Yoshitake Mashiba is the CEO of a Tokyo company, and despite being married to the “perfect wife”, he wants to end the marriage because she can’t provide him with children. He has put everything in his personal life on hold until he accomplishes this, his one and only goal. Needless to say, he isn’t a particularly sympathetic character. Ayame, his wife, leaves town to visit her family, and Yoshitake dies suddenly, two days later, from poisoned coffee. Though she has a motive, her alibi is rock solid, and there is no evidence to suggest she got someone to poison the coffee cup for her.
So, what exactly is going on here?
This is the second of Higashino’s Detective Galileo books to be translated into English, but there is no real continuity between this and The Devotion of Suspect X (which I reviewed last year). Being so self-contained, these two books, at least, can be read in no particular order. Though, there are brief mentions to past events, they aren’t central to the plot. In fact, I only have a vague recollection of how the last book ended, and my enjoyment of this story wasn’t hampered in the least.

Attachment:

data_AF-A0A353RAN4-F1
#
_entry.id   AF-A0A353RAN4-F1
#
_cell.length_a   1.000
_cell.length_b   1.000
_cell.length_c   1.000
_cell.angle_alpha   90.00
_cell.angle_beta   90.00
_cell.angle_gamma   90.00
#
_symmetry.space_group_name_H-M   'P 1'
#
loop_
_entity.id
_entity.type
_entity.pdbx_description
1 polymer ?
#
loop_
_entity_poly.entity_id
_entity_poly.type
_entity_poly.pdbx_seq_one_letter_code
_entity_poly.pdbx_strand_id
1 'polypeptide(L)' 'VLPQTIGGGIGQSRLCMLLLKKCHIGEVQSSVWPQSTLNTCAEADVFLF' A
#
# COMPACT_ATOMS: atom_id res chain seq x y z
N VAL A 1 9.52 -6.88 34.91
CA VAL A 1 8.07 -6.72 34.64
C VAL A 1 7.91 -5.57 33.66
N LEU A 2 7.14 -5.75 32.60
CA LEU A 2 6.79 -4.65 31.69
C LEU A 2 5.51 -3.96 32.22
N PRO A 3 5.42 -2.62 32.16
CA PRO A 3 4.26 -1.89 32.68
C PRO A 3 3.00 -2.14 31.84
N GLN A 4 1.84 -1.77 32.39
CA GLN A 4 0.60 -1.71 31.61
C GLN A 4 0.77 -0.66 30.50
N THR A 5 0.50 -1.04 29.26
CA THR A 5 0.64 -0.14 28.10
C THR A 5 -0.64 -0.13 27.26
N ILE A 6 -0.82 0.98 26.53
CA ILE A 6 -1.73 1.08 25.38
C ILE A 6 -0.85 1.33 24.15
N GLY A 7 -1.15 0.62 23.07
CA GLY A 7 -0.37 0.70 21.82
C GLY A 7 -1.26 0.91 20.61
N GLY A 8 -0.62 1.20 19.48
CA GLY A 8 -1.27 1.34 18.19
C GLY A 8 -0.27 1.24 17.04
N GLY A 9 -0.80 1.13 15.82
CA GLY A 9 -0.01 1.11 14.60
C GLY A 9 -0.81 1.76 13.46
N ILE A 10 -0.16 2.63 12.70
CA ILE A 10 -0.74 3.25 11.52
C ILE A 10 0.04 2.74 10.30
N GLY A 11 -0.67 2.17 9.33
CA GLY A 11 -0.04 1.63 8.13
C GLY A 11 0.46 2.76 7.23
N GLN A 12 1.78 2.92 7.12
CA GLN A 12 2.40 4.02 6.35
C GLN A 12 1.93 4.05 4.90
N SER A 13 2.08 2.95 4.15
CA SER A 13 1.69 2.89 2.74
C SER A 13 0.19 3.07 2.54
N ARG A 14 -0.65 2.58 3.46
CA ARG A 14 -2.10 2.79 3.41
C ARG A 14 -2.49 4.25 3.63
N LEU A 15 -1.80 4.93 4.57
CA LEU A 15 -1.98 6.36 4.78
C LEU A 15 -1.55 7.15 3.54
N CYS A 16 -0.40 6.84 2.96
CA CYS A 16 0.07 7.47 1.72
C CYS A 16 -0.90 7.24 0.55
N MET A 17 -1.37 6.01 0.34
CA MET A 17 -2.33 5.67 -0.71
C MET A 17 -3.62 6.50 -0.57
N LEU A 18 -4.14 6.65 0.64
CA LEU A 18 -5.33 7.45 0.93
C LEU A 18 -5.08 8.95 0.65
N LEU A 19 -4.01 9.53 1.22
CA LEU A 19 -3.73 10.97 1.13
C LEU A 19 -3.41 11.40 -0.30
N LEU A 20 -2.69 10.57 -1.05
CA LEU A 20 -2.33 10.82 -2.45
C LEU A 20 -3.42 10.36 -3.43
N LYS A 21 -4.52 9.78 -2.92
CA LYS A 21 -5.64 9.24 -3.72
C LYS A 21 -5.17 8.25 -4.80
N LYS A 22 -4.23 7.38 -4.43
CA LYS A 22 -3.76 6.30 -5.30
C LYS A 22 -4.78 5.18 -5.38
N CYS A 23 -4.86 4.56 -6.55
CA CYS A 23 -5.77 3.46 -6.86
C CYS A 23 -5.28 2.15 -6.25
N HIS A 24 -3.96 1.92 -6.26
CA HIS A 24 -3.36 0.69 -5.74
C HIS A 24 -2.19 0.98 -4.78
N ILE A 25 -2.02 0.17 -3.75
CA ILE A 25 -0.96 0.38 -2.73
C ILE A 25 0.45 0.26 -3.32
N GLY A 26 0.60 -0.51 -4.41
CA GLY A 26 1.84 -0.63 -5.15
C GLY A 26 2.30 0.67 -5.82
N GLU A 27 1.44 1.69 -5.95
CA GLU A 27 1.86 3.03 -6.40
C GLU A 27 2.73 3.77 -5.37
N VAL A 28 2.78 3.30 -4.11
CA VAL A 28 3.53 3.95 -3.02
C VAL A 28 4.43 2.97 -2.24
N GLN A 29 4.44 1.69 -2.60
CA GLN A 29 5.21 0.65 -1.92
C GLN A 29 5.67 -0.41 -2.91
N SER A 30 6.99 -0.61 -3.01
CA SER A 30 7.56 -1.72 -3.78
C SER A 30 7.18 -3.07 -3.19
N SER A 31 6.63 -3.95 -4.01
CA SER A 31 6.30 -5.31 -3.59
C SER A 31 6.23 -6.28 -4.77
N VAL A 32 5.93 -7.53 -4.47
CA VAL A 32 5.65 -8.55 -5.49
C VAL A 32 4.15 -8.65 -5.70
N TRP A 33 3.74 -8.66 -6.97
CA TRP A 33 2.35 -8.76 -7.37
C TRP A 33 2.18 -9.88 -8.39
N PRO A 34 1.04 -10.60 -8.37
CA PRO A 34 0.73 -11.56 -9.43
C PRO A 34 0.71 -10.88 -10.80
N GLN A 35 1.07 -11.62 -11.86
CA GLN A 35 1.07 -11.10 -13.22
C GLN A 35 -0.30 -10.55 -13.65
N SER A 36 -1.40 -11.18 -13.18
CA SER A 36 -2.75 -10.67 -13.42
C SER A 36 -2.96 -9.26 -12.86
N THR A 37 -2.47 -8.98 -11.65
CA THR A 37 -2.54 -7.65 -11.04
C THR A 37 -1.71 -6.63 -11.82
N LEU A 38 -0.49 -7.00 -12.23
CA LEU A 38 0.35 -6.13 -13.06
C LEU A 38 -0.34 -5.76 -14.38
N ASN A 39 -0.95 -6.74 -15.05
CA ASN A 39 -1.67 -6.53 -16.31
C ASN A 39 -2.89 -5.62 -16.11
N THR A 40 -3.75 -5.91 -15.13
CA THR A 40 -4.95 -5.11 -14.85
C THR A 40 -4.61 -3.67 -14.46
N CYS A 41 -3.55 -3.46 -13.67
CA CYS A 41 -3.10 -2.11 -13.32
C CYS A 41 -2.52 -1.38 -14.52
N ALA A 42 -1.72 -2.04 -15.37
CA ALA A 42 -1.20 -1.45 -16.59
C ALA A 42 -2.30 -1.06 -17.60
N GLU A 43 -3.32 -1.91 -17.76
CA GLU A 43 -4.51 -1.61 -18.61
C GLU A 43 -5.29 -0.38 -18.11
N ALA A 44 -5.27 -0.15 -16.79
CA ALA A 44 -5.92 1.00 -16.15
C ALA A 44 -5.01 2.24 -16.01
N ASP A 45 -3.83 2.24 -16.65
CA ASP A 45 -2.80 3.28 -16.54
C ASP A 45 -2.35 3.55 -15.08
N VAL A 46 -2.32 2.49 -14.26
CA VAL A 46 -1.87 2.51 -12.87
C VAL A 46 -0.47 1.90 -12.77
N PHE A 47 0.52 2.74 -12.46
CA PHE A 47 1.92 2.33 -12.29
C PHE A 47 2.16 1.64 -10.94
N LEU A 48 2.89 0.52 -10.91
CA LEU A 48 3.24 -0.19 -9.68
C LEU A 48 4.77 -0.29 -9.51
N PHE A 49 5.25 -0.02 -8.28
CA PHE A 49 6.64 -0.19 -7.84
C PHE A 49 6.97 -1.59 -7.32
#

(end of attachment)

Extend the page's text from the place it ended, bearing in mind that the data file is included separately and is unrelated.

The “detective Galileo”, for whom the series is named, is actually a physicist named Yukawa. His college friend, Kusanagi, is a detective, and frequently enlists Yukawa’s brilliance to help solve particularly difficult cases.
The Salvation of a Saint is more of a mystery than it’s predecessor, which detailed the murder in the very beginning of the novel. In a similar vein, this book starts with an apparent admission of guilt, but there is enough ambiguity throughout the novel to leave some doubt as to who actually commits the crime. Although I think The Devotion of Suspect X is probably a better novel, with richer characters and a more character-driven story, I enjoyed the mystery of this book more than the anticipation of watching Kusanagi and Yukawa figure out what the reader already knows.
These are incredibly popular books in Japan, with Higashino being lavished with awards, a TV series, and movie franchise. And the books mostly hold up. They aren’t generic or derivative.
My only qualm, really, is with the titular Detective Galileo (and, reading my review of The Devotion of Suspect X, he also bothered me last year). He’s not only a condescending deus ex machina, but also unnecessary. Kusanagi is a good detective, though he has blind spots. As is his new partner, Utsumi, who can be stubborn but has very good instincts. These are flawed, capable people, and seem to have no problem getting the job done. But Higashino still felt the need to insert a Holmesian know-it-all.
But, thankfully, these books are centered around Kusanagi, not Yukawa.
Ultimately, I highly recommend both of these books, and can’t wait to get my hands on the third, which saw its English publication last year.
(Sorry for the disjointed review, I wrote this on three hours sleep.)